Ownership of Land in Thailand by a Thai Married to a Foreigner

วันที่ : 05/07/2010   จำนวนผู้ชม : 5,437

Ownership of Land in Thailand by a Thai Married to a Foreigner
There has been much debate in recent weeks as to the validity of land ownership rights of Thai nationals who are married to foreigners. The controversy stems from claims that any Thai nationals who are married to foreigners will be under scrutiny by the authorities at the Land Department. This is due to the fact their right to the ownership of their own home may be void if they are deemed as a nominee to their foreign spouse. This would be shown to be the case if the Thai national cannot prove they have sufficient funds within their control for the purchase.
History of Ownership Laws for Foreign Spouses
To give some context to this notion, when a Thai spouse purchases property in Thailand, the couple must give a joint written statement to the Land Department stating that the money for the purchase is the “separate property” or the “personal property” of the Thai national, as defined in the Thai Civil and Commercial Code. This, in essence, means that the foreign spouse would have no future rights or claims to this property. This regulation, in fact, has been in place since 1999 where a Letter of Declaration was issued by the Ministry of the Interior and is, therefore, not entirely a revelation. Many foreigners here who are married to Thai nationals are quite aware of this requirement.
Normally, all property acquired by a husband and a wife after marriage is considered “marital property” or “community property” and would generally be shared equally between the husband and wife in the event of death or divorce.  Gifts to one spouse, however, are deemed as the spouse’s “separate property.”  Again, it is well known here that the purchase of a property is regarded as the “separate property” or the “personal property” of the Thai spouse. This is not that unusual given the case that foreigners, except under certain conditions, cannot own land in Thailand.
Issue in Contention
So with this being the case, the question remains. Since it is considered a gift to the Thai spouse, it would appear difficult for the authorities to claim that the money used for the purchase of the property was given to the Thai spouse as a nominee. It seems impractical for any land official to determine whether such funds was indeed given as either a gift or deceitfully in order to own property.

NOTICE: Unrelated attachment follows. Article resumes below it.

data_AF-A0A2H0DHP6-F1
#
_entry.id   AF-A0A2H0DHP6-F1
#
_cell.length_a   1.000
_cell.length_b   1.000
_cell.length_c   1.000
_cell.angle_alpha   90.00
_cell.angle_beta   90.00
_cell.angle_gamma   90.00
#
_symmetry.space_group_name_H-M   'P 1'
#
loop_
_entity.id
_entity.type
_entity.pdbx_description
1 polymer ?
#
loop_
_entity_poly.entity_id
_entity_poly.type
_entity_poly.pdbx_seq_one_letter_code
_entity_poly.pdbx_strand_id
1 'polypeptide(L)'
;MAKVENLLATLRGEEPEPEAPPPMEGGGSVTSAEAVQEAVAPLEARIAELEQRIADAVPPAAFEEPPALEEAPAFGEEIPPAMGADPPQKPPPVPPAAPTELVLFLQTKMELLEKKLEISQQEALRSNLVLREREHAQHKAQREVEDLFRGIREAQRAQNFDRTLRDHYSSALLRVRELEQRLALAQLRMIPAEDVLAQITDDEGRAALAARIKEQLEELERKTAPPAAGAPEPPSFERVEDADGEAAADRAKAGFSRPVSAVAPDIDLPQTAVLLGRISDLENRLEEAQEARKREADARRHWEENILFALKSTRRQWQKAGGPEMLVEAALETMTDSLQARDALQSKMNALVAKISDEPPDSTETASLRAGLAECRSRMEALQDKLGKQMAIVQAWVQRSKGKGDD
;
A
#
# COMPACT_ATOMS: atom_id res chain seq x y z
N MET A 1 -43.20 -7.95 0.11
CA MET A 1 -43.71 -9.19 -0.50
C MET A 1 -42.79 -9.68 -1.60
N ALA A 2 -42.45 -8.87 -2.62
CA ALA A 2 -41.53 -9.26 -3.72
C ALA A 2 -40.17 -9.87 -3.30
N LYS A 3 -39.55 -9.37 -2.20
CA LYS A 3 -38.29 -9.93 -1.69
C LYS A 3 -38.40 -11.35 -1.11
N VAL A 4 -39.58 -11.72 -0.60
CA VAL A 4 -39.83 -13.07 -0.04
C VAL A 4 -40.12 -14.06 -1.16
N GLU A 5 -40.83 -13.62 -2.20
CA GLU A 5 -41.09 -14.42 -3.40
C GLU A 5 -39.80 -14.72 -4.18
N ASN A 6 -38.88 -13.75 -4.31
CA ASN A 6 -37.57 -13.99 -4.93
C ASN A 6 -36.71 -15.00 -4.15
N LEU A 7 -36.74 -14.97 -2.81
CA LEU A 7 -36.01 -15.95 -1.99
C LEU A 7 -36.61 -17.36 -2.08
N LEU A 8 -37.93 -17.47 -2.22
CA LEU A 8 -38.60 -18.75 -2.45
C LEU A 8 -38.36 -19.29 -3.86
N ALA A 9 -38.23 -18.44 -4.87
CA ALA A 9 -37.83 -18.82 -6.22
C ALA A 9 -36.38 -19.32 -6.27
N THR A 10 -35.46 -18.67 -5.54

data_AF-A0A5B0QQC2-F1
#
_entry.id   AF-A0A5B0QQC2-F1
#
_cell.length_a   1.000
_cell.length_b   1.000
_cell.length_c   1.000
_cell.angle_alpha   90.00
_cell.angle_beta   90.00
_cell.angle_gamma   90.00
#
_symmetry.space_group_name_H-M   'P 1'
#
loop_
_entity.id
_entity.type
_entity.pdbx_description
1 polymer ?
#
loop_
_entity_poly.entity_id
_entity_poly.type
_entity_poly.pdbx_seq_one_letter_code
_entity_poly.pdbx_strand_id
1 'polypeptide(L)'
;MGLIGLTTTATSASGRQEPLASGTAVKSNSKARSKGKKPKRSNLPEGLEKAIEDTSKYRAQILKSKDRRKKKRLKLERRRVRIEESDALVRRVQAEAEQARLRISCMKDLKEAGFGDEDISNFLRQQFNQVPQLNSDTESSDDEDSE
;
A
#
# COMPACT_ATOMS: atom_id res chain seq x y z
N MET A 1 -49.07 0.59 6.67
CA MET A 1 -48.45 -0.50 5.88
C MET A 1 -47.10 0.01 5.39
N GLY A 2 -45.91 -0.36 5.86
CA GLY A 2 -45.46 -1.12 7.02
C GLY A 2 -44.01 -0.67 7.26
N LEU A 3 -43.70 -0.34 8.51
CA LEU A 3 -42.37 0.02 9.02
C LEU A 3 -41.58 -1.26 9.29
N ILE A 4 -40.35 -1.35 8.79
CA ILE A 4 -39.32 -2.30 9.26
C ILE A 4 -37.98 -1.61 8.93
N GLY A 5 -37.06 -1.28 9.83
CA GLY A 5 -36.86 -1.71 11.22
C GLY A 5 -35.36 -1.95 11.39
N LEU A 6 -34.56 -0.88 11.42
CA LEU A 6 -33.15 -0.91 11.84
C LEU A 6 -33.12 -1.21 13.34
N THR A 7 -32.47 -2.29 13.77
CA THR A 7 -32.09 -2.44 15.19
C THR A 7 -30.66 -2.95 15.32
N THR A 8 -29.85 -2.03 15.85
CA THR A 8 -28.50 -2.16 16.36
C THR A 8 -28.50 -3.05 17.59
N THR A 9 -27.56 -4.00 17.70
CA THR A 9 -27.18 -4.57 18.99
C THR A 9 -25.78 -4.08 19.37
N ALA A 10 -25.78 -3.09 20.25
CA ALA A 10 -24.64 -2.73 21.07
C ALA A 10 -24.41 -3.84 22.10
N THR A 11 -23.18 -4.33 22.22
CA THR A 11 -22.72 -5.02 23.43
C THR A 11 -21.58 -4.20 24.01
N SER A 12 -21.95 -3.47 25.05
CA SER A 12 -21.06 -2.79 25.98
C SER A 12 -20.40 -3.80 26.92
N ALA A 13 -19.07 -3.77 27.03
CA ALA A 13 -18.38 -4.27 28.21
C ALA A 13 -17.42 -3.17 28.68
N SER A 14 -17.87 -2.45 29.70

Exceptions to Property Ownership by Foreign Nationals
The rule providing for full ownership of land by the Thai spouse applies to all Thai spouses of foreigners, even if the marriage occurred in another country or if the marriage is common-law. 
The rule, however, applies only to land and there are several exceptions to this rule:
  • Foreigners can own the buildings and physical structures on the land. This means that if a Thai and a foreign spouse are buying land with a house, the couple could work with a lawyer to give the foreigner rights to the house;
  • Foreigners can own up to 49% of freehold rights to condominiums provided that several requirements are met; and
  • A foreigner can own interest in land by using a number of registered instruments such as leases, superficies, or usufructs as appropriate.
Legal Rationale to this Law
Once again, the rationale for this rule ensuring that Thai spouses own 100% of the land exists because foreigners cannot generally own land in Thailand.There is a degree of xenophobia in Thailand when it comes to land ownership rights. This aspect is not in contention here as it is not uncommon in developing nations such as Thailand to be protective of their rights to land. The question, however, lies in the basic nationalistic right of a Thai citizen to own property in their own country despite who they may wish to marry.
As marriage is supposed to be a union of two persons, it is impractical to suggest that one spouse cannot cause benefit to the other as it may appear as if they are acting as a nominee.Indeed, the law in Thailand, in both the Civil and Commercial Code and the Land Code, allows and recognizes the concept of gifts to a spouse. Any notion which repudiates such right can only be found in exceptional circumstances such as, for example, undue enrichment cases. However, the mandatory requirement of signing the declaration letter at the Land Office stating that the property will belong in full to the Thai national would make such cases difficult to prove in any event. It would appear that at the end of the day, the Thai national will still own the land. As significant steps by the authorities have already been taken to ensure that this is the case, it would appear that the spirit of the Thai Land Code has not been circumvented in any way at all if a Thai married to a foreigner should wish to buy a property with funds gifted by their spouse.
Jennifer Erickson is an American Attorney working in the Bangkok office of Siam Legal International.  Siam Legal publishes a Legal Guide to Thailand Real Estate which can be downloaded from their website.